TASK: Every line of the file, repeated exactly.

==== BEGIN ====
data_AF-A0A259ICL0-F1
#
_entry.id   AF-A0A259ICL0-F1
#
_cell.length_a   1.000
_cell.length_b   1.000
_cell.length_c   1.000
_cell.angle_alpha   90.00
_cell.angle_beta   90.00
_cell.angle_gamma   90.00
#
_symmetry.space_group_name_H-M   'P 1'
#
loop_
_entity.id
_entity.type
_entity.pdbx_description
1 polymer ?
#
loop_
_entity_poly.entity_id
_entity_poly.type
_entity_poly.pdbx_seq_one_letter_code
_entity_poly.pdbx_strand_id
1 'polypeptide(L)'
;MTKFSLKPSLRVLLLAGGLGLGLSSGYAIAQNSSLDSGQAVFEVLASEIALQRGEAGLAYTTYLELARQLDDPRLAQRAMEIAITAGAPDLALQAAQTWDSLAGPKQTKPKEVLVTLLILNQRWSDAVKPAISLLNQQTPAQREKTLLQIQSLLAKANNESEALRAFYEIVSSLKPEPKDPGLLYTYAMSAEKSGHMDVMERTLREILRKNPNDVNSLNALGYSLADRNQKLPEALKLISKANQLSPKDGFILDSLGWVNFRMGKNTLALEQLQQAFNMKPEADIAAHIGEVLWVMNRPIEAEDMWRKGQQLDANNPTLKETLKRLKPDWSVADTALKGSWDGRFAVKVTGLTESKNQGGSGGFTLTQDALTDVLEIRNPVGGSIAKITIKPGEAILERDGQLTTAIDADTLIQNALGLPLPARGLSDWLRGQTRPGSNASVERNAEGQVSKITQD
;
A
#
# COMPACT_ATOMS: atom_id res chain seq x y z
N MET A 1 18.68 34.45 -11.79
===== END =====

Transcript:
data_AF-A0A259ICL0-F1
#
_entry.id   AF-A0A259ICL0-F1
#
_cell.length_a   1.000
_cell.length_b   1.000
_cell.length_c   1.000
_cell.angle_alpha   90.00
_cell.angle_beta   90.00
_cell.angle_gamma   90.00
#
_symmetry.space_group_name_H-M   'P 1'
#
loop_
_entity.id
_entity.type
_entity.pdbx_description
1 polymer ?
#
loop_
_entity_poly.entity_id
_entity_poly.type
_entity_poly.pdbx_seq_one_letter_code
_entity_poly.pdbx_strand_id
1 'polypeptide(L)'
;MTKFSLKPSLRVLLLAGGLGLGLSSGYAIAQNSSLDSGQAVFEVLASEIALQRGEAGLAYTTYLELARQLDDPRLAQRAMEIAITAGAPDLALQAAQTWDSLAGPKQTKPKEVLVTLLILNQRWSDAVKPAISLLNQQTPAQREKTLLQIQSLLAKANNESEALRAFYEIVSSLKPEPKDPGLLYTYAMSAEKSGHMDVMERTLREILRKNPNDVNSLNALGYSLADRNQKLPEALKLISKANQLSPKDGFILDSLGWVNFRMGKNTLALEQLQQAFNMKPEADIAAHIGEVLWVMNRPIEAEDMWRKGQQLDANNPTLKETLKRLKPDWSVADTALKGSWDGRFAVKVTGLTESKNQGGSGGFTLTQDALTDVLEIRNPVGGSIAKITIKPGEAILERDGQLTTAIDADTLIQNALGLPLPARGLSDWLRGQTRPGSNASVERNAEGQVSKITQD
;
A
#
# COMPACT_ATOMS: atom_id res chain seq x y z
N MET A 1 18.68 34.45 -11.79